Sotheby's, the auction house that sold Edvard Munch's "The Scream" for a record-breaking $120 million, reported a $7.6% drop in profits last year, according to Bloomberg News. For a company that netted $71.5 million in a single year in 2011, the decrease in revenue is significant -- enough to cause a shake-up in the way the auction house collects fees.
Sotheby's is reportedly increasing its buyers' fees in response. This comes after a similar announcement from Christies, and represents the first time in five years that the auction houses have raised their premiums.
So what exactly accounts for the drop in profits? William F. Ruprecht, chairman and chief executive officer of the company, stated in a press conference that the decrease was affected in part by the "unprecedented level of single-owner sale events we had in 2011 which we were not so lucky to have in 2012.” The Wall Street Journal echoes this sentiment, reporting that Sotheby's did struggle to win consignments in a competitive auction environment last year, selling only 35 works priced above $10 million (which is still a high figure, we know), compared to Christie's 49 big money-makers.
The WSJ proposed another possible explanation: Asia's slowing economy. Sotheby's sold $593 million worth of Chinese artwork in 2012, which amounted to a 39% drop in that category since 2011. In the early days of 2012, the art market in China was thought to be the world's largest, but estimates are now showing major declines in the country's two major auction houses, as well as profit declines in Sotheby's and Christie's outposts in Hong Kong. So what do you think, readers? Do the declining numbers cause you to raise an eyebrow?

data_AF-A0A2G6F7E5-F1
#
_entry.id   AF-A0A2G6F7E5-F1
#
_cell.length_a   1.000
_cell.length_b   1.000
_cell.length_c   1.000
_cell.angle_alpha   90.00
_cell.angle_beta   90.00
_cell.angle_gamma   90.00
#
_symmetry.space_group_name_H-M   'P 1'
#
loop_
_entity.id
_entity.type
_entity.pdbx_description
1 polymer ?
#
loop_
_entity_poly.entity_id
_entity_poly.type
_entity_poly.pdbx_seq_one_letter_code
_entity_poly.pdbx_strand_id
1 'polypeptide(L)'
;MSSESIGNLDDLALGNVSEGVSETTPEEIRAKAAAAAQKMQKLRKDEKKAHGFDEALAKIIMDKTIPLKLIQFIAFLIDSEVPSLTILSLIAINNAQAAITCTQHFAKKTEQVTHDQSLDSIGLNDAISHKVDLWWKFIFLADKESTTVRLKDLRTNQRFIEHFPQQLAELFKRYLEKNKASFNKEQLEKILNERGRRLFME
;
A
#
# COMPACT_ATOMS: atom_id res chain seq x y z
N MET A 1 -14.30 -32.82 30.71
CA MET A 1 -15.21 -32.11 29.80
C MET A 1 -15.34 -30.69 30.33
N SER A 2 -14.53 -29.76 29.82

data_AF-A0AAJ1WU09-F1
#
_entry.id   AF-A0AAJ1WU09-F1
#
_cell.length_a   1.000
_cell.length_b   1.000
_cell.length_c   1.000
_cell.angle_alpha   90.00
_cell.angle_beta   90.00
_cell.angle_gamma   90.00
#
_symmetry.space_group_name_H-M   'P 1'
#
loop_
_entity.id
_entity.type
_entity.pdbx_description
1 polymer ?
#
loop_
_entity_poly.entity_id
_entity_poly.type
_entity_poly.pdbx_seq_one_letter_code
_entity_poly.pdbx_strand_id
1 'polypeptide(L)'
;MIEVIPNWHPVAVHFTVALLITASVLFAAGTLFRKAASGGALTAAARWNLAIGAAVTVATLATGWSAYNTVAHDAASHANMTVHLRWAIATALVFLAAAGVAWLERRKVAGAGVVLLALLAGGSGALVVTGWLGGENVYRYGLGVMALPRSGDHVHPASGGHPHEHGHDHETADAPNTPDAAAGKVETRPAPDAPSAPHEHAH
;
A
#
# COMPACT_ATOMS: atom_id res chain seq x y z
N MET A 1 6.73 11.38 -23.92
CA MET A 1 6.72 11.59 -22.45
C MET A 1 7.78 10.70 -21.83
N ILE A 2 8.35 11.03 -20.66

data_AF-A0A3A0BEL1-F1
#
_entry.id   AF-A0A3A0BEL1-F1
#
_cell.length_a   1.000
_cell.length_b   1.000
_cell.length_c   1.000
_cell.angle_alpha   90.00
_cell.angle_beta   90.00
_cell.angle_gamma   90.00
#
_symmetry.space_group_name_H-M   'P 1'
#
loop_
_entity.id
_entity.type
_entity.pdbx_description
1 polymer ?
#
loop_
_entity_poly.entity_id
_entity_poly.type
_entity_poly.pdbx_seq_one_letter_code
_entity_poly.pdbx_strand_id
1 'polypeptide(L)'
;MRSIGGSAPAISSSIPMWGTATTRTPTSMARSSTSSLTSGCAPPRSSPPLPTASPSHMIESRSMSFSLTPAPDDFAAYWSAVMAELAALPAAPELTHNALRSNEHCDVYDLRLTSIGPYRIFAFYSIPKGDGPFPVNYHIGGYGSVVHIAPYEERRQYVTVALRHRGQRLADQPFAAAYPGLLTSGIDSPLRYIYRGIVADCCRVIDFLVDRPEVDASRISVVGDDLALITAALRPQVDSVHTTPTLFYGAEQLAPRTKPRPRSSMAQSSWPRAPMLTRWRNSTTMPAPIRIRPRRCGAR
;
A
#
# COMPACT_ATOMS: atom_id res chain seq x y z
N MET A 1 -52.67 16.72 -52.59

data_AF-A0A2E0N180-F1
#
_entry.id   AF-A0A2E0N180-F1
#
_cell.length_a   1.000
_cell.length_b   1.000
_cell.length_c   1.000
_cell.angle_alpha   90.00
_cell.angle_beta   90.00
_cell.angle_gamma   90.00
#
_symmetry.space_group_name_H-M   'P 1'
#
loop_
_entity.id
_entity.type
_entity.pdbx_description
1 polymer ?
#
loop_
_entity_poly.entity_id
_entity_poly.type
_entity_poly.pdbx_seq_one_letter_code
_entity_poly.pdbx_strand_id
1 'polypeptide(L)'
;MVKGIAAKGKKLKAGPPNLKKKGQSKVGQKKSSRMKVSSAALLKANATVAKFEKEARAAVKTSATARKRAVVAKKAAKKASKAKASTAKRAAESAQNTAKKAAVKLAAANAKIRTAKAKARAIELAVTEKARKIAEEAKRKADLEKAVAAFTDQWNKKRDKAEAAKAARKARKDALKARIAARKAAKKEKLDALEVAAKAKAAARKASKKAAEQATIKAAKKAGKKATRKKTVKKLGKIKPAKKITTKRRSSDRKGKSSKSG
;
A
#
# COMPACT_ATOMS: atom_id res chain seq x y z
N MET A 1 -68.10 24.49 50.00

MORE ARTS NEWS
Sergei Polunin Returns To The Royal Ballet: Polunin, the dancer who dramatically walked out on the UK's Royal Ballet, has returned to the English National stage for a performance of "Marguerite and Armand." Here's to hoping Polunin, now based in Russia, will make cameos more often. (The Telegraph)
Space Artifacts Head To Bonhams: A sale of space artifacts, including an object known as the Space Magna Carta, is coming to New York. Get excited. (The Wall Street Journal)
MoMA PS1 Holds Open Call For Ideas On Development Of The Rockaways: Klaus Biesenbach is spearheading efforts to raise awareness of the need for stable infrastructure in the Sandy-ravaged segment of Queens know as the Rockaways. "We New Yorkers, we fall and get up again, and in Manhattan everything is fine again, but the Rockaways are very dire." (Hyperallergic)
Artworks Damaged In Japan's Tsunami Are Restored To Near Original Condition: “Ironically, it is only during disasters like this that people really appreciate the importance of having conservators around.” (Japan Times)
A Song For Every US State: Want to help choose official songs for the 50 states? Here's your chance. (The Guardian)